Suppose my ISP is intercepting the bitcoin protocol communication. By analyzing traffic in the network, he could be able to determine that some transaction propagates from my IP (as there is no record of it in the rest of the network), and therefore that the computer issuing the transaction is (very likely) in my local network. Is that right?

1 Answer 1


That is right. If you want to obtain more anonymity you could install Tor and use the -tor command-line option when starting bitcoind to connect to the network through a (safe) Tor circuit. I believe this is discouraged however unless it is absolutely necessary, because Bitcoin will not automatically create a hidden service for node connection. This means that nodes can not connect to you, but you only to nodes and if everybody did this the network would not function. (could someone provide a source in a comment please? I'm pretty sure I read it but the link is dead).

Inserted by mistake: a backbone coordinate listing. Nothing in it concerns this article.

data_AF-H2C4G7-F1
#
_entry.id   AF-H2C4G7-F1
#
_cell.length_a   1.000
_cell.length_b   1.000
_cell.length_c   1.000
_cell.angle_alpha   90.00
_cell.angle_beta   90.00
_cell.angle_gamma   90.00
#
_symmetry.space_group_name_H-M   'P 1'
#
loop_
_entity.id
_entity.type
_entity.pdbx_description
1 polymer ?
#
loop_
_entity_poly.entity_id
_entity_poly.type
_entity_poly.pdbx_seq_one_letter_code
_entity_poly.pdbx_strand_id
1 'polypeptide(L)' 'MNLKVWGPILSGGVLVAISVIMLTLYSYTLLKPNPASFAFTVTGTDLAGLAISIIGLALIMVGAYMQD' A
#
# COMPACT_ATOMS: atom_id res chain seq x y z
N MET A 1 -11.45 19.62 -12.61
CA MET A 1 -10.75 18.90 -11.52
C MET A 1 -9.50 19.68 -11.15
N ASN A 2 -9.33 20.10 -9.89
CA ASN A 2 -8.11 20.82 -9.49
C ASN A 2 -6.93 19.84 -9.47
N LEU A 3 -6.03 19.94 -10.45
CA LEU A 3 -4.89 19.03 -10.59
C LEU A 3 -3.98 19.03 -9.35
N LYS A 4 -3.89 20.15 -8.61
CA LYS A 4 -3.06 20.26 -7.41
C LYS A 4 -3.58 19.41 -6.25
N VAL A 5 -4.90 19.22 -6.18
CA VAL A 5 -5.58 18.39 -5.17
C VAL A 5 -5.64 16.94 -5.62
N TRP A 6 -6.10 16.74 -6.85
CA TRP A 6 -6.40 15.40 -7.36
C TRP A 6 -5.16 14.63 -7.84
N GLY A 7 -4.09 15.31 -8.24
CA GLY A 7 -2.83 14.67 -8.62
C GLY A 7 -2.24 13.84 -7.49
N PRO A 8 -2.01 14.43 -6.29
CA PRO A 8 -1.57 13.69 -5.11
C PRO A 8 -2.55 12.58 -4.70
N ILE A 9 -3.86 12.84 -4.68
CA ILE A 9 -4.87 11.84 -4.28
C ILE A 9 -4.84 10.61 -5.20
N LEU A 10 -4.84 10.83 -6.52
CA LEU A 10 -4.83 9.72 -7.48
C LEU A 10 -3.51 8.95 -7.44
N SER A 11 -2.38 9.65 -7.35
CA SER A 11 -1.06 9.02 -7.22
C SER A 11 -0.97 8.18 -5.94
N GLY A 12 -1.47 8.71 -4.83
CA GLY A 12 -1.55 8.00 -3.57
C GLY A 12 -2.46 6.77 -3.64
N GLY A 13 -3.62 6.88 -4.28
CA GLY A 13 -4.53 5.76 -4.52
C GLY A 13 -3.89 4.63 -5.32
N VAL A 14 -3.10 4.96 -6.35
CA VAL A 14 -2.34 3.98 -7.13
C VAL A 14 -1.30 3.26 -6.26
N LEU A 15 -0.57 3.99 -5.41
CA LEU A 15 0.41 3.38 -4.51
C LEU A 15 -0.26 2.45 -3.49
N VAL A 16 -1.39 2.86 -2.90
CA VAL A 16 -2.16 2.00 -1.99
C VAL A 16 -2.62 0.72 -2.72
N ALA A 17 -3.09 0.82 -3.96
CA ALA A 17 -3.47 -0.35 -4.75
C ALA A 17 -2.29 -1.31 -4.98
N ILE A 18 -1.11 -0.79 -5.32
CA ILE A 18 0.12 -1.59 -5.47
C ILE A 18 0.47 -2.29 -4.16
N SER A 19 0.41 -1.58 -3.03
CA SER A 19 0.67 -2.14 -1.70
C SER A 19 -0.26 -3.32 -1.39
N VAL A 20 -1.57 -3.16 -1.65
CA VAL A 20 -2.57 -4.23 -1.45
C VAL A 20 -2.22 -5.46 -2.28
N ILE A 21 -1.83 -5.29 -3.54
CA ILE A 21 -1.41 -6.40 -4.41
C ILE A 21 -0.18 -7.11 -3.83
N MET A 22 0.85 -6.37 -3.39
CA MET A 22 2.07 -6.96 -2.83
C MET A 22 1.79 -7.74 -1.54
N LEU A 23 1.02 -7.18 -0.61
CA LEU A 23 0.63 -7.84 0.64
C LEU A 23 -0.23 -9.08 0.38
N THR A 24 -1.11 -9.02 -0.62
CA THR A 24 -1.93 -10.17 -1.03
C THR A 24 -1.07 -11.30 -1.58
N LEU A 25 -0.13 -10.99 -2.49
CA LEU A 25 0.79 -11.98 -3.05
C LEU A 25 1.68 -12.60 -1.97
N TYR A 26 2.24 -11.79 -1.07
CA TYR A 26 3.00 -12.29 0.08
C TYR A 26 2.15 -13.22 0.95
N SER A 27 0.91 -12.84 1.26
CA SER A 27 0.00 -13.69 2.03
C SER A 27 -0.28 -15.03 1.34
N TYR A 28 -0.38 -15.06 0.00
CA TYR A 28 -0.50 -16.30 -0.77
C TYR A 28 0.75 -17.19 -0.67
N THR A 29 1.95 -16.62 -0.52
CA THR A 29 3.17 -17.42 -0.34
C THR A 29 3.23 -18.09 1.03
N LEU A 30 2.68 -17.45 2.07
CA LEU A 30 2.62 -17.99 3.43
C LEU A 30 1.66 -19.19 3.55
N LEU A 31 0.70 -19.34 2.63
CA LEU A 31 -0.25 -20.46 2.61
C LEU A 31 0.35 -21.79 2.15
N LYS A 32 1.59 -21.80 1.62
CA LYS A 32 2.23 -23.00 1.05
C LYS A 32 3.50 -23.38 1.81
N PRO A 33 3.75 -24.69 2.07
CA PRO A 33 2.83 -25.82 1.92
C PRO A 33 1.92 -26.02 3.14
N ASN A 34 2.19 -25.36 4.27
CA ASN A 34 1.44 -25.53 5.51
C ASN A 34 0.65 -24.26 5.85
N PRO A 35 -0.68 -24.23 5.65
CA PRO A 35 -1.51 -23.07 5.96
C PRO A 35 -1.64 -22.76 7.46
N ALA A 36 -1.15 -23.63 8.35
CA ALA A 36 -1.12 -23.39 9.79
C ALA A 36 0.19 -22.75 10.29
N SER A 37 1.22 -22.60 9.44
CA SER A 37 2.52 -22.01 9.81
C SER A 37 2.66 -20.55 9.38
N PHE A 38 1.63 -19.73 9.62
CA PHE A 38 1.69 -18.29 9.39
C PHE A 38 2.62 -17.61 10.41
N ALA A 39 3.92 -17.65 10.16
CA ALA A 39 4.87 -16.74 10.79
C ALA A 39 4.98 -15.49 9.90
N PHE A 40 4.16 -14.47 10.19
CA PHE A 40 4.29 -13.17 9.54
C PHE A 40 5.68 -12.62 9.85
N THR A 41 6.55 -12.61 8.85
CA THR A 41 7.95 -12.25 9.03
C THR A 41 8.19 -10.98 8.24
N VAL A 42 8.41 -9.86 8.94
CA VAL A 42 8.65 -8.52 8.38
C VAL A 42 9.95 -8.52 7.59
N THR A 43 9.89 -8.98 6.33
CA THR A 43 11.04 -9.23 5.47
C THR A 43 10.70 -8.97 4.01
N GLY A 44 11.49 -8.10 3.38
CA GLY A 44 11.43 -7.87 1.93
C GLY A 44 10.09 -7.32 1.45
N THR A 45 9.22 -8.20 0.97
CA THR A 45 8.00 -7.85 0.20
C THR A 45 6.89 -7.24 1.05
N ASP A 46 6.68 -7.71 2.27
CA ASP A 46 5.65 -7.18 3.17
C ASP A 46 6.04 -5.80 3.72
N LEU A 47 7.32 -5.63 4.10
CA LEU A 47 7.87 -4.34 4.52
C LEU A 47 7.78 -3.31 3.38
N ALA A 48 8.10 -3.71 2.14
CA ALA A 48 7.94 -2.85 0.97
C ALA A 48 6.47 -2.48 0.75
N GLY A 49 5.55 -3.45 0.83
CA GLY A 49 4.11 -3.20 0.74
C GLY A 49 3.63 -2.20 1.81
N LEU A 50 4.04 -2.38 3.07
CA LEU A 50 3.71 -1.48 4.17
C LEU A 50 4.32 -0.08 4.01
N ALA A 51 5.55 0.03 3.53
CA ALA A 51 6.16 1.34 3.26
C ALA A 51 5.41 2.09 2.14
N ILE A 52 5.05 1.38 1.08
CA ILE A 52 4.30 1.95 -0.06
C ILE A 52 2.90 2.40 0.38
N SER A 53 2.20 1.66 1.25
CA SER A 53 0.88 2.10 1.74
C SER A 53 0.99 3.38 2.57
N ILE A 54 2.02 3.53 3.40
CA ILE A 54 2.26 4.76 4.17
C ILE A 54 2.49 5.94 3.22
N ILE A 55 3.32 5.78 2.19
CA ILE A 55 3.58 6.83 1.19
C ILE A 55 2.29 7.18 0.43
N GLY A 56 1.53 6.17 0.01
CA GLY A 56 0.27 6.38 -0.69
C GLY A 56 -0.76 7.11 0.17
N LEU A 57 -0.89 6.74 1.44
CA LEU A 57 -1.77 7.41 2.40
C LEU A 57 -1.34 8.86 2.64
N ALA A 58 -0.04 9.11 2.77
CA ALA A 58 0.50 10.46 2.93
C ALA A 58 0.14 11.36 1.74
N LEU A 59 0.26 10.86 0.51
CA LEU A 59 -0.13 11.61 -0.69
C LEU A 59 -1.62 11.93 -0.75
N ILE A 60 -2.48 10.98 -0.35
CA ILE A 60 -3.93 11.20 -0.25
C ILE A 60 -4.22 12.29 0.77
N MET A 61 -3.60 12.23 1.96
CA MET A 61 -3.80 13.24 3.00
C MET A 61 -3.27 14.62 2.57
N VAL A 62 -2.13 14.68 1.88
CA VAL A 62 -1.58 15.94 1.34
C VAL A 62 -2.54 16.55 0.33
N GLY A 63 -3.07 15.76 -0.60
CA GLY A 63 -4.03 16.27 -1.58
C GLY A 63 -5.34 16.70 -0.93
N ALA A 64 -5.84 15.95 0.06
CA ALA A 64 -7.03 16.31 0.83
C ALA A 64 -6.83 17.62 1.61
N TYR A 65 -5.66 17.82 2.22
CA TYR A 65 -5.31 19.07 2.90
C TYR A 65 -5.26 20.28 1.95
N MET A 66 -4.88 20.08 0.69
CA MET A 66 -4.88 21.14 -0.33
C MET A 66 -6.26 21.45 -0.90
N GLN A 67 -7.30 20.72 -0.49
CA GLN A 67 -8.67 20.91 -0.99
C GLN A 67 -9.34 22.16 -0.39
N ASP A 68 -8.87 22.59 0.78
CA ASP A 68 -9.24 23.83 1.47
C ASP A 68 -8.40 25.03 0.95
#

Alternatively you could make use of the local library computer facilities, McDonald's WiFi (keep in mind that government authorities can request this data and that it WILL be given to them, make sure your laptop is anonymized as much as possible, with Tails for example) or establish an encrypted connection to a VPN.

Further reading:

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